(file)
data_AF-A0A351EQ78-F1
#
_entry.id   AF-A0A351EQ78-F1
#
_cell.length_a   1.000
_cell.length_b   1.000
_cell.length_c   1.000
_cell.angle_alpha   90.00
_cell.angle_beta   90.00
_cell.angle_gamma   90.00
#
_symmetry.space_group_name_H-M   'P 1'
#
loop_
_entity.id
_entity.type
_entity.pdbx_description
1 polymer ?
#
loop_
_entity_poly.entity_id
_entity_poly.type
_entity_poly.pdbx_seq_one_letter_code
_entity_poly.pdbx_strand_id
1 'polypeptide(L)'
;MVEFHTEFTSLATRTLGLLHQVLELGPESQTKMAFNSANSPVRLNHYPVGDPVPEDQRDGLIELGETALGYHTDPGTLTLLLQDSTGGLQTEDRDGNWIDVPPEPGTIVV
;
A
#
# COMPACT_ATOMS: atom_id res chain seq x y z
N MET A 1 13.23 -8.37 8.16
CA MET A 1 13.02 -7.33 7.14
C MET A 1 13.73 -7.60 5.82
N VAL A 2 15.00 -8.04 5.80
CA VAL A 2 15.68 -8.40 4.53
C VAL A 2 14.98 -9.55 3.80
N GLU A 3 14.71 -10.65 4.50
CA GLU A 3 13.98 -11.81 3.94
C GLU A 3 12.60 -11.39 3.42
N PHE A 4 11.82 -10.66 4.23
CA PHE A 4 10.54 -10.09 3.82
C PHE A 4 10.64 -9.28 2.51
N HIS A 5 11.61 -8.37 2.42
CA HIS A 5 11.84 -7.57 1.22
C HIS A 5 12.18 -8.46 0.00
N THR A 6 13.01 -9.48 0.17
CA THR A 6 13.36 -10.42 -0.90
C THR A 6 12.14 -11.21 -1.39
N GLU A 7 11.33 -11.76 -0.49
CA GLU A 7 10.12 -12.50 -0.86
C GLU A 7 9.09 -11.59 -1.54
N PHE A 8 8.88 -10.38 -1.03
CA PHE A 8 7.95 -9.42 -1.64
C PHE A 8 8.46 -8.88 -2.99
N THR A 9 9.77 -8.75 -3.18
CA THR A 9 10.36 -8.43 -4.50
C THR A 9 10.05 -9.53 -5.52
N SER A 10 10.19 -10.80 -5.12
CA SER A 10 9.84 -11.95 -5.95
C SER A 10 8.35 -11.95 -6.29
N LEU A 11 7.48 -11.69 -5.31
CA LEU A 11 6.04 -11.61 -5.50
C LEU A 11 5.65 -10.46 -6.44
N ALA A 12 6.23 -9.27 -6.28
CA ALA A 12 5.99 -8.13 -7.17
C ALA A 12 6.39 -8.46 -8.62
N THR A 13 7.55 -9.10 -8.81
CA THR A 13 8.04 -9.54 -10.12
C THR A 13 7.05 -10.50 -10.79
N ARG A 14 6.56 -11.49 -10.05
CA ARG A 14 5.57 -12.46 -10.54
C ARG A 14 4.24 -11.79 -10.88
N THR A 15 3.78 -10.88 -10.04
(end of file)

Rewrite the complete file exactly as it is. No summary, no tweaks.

data_AF-A0A351EQ78-F1
#
_entry.id   AF-A0A351EQ78-F1
#
_cell.length_a   1.000
_cell.length_b   1.000
_cell.length_c   1.000
_cell.angle_alpha   90.00
_cell.angle_beta   90.00
_cell.angle_gamma   90.00
#
_symmetry.space_group_name_H-M   'P 1'
#
loop_
_entity.id
_entity.type
_entity.pdbx_description
1 polymer ?
#
loop_
_entity_poly.entity_id
_entity_poly.type
_entity_poly.pdbx_seq_one_letter_code
_entity_poly.pdbx_strand_id
1 'polypeptide(L)'
;MVEFHTEFTSLATRTLGLLHQVLELGPESQTKMAFNSANSPVRLNHYPVGDPVPEDQRDGLIELGETALGYHTDPGTLTLLLQDSTGGLQTEDRDGNWIDVPPEPGTIVV
;
A
#
# COMPACT_ATOMS: atom_id res chain seq x y z
N MET A 1 13.23 -8.37 8.16
CA MET A 1 13.02 -7.33 7.14
C MET A 1 13.73 -7.60 5.82
N VAL A 2 15.00 -8.04 5.80
CA VAL A 2 15.68 -8.40 4.53
C VAL A 2 14.98 -9.55 3.80
N GLU A 3 14.71 -10.65 4.50
CA GLU A 3 13.98 -11.81 3.94
C GLU A 3 12.60 -11.39 3.42
N PHE A 4 11.82 -10.66 4.23
CA PHE A 4 10.54 -10.09 3.82
C PHE A 4 10.64 -9.28 2.51
N HIS A 5 11.61 -8.37 2.42
CA HIS A 5 11.84 -7.57 1.22
C HIS A 5 12.18 -8.46 0.00
N THR A 6 13.01 -9.48 0.17
CA THR A 6 13.36 -10.42 -0.90
C THR A 6 12.14 -11.21 -1.39
N GLU A 7 11.33 -11.76 -0.49
CA GLU A 7 10.12 -12.50 -0.86
C GLU A 7 9.09 -11.59 -1.54
N PHE A 8 8.88 -10.38 -1.03
CA PHE A 8 7.95 -9.42 -1.64
C PHE A 8 8.46 -8.88 -2.99
N THR A 9 9.77 -8.75 -3.18
CA THR A 9 10.36 -8.43 -4.50
C THR A 9 10.05 -9.53 -5.52
N SER A 10 10.19 -10.80 -5.12
CA SER A 10 9.84 -11.95 -5.95
C SER A 10 8.35 -11.95 -6.29
N LEU A 11 7.48 -11.69 -5.31
CA LEU A 11 6.04 -11.61 -5.50
C LEU A 11 5.65 -10.46 -6.44
N ALA A 12 6.23 -9.27 -6.28
CA ALA A 12 5.99 -8.13 -7.17
C ALA A 12 6.39 -8.46 -8.62
N THR A 13 7.55 -9.10 -8.81
CA THR A 13 8.04 -9.54 -10.12
C THR A 13 7.05 -10.50 -10.79
N ARG A 14 6.56 -11.49 -10.05
CA ARG A 14 5.57 -12.46 -10.54
C ARG A 14 4.24 -11.79 -10.88
N THR A 15 3.78 -10.88 -10.04